Just a few locations are open in Cobb during the first two weeks of advance voting, and that’s something Bettadapur and the Democrats aren’t happy about.
Bettadapur, who lives in east Cobb, said she’s 15 miles from the main voting location in the county government center at 736 Whitlock Ave in Marietta, which is a 30-40 minute drive.
“We’re dissatisfied with access to early voting in Cobb,” she said. “Only opening up the regional locations in the third week means early voting is largely inaccessible in Cobb, so we’re predicting quite the uptake in the third week.”
Despite this, data from the county’s board of elections and registration, shared with Cobb Democrats, shows relatively high voter turnout, particularly among the party.
In the first three days of early voting in Cobb this presidential primary, 2,053 Democratic ballots were cast, compared to 684 Republican ballots.
This is according to county data shared through the Cobb Democrats representative on the Cobb County Board of Elections and Registration, Bettadapur said.
“Just judging by the first three days, I see it is more than double,” Bettadapur said in comparison to 2016 presidential primary votes. “It’s all about (President Donald) Trump essentially, people are very motivated to get him out of office.”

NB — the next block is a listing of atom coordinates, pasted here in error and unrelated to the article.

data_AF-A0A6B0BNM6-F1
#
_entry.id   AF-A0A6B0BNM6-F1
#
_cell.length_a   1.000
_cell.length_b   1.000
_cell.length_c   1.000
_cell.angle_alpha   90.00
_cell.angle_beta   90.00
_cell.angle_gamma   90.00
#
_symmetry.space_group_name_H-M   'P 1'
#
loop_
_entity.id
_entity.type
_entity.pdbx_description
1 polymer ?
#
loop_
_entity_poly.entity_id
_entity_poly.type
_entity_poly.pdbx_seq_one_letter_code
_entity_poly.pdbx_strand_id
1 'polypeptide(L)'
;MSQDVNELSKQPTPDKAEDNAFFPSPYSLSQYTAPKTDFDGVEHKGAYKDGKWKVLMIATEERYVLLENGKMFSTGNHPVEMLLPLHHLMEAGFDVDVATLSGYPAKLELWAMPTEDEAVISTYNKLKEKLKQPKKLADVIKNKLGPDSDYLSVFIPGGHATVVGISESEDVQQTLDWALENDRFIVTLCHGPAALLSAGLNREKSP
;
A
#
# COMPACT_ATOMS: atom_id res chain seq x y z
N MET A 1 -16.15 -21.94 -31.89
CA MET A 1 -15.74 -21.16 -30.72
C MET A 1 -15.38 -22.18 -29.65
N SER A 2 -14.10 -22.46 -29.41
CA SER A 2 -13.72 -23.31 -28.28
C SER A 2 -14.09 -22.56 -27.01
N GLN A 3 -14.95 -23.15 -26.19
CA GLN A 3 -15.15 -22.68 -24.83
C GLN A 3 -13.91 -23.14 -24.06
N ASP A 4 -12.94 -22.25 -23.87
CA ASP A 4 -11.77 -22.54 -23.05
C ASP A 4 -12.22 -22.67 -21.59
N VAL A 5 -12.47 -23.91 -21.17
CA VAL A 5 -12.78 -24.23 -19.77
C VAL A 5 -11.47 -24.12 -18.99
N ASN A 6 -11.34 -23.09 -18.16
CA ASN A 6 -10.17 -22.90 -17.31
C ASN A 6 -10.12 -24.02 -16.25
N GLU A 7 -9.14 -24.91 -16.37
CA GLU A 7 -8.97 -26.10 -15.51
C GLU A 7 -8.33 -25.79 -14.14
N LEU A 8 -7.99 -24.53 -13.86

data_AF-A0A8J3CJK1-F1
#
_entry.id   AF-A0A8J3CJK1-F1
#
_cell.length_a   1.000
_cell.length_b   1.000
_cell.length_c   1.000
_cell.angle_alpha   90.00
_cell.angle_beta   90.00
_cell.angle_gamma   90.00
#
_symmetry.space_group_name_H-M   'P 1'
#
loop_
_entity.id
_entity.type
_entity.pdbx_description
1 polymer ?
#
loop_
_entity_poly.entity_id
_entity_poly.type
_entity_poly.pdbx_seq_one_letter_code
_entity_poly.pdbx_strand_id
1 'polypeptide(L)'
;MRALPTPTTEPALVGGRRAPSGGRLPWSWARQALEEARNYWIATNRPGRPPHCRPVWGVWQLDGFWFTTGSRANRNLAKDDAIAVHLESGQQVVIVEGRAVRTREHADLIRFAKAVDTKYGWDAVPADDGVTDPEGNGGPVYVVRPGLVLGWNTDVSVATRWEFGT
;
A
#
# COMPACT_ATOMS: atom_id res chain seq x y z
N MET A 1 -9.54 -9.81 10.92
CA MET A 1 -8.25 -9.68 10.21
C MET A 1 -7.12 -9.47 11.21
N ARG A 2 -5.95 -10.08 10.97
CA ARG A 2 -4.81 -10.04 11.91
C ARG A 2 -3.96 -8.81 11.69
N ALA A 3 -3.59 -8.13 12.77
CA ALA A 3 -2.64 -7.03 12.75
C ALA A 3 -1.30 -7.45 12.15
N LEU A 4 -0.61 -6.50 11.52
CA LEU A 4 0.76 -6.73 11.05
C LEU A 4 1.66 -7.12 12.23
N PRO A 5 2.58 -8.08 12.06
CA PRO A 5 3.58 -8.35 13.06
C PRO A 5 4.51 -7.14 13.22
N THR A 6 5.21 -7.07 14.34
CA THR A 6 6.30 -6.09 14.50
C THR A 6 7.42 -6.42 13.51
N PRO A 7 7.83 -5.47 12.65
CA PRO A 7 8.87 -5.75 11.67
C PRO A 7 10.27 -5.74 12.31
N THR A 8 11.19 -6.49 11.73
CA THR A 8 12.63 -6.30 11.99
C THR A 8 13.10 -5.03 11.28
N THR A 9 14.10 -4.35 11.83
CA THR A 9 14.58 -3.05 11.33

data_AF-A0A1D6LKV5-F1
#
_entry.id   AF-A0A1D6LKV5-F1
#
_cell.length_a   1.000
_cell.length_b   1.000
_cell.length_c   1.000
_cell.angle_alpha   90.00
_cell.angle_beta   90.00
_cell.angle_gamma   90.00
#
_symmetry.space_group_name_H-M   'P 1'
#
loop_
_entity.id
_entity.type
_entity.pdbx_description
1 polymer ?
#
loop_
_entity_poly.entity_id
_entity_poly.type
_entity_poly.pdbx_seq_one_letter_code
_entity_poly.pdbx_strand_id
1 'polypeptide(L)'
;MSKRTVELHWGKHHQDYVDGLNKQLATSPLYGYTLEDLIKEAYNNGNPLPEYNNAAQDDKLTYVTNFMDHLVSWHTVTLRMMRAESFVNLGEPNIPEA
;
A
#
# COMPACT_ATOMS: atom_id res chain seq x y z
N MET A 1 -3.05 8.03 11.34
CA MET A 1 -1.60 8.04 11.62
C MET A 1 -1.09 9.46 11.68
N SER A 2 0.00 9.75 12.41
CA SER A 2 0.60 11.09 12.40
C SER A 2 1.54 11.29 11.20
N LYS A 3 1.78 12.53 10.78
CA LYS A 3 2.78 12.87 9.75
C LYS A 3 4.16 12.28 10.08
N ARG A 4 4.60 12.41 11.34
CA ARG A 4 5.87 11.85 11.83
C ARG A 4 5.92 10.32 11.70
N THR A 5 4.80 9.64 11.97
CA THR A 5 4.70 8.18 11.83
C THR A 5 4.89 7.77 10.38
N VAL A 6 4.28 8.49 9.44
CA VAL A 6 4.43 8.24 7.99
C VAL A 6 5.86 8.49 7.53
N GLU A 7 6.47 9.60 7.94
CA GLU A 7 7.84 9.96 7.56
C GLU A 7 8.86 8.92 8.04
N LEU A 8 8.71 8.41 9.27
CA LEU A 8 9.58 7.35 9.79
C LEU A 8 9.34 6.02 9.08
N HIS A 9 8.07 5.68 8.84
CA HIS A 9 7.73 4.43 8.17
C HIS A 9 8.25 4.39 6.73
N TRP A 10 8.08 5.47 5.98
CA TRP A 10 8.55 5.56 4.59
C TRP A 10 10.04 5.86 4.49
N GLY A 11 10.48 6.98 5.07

She expects Biden to be the most popular candidate among Cobb Democrats, because of his involvement in Obama’s presidency and popularity among African Americans.
“We are waiting to see how the fallout from Super Tuesday impacts it,” Bettadapur said. “It seems that a lot of our core voters, older African American voters, are Biden supporters, and that’s the main contingent in Cobb, the bulk of the Democratic voters come out of south Cobb and the African American community, so they will likely turn out in numbers to support him.”
Bettadapur said although a lot of young voters support Sanders, they’re not turning out for him at the polls, as demonstrated in other state primaries to date.
Although Trump is the only Republican presidential candidate in the Georgia primary, Cobb GOP members are urged to vote for him at the polls to show support.
“Why do we need to vote for him if he’s by himself?” Cobb County Republican Party Chair Jason Shepherd asked about 150 members gathered at the party’s headquarters in Marietta Saturday morning. “To show support.”
This notion was echoed by Republican and congressional candidate Karen Handel, who’s vying for her old District 6 seat currently held by Democrat Lucy McBath.
“Make sure that Donald Trump has way more votes than all the Democrats combined,” Handel told the Cobb GOP members in Marietta on Saturday. “Keep America on the comeback trail.”
Just a few members stood at the Cobb GOP breakfast when Shepherd asked who had already voted in the presidential primary, although the room was packed, forcing latecomers to stand in the hallway.
“I can’t let anyone forget,” Shepherd said. “At our next breakfast every hand is going up.”
There is one Republican challenging Trump, former Massachusetts Gov. William Weld. He has won one delegate in Iowa, but he will not appear on Georgia ballots.
For more information about the presidential primary and upcoming local elections, visit www.cobbcounty.org/elections.
— The Associated Press contributed to this report.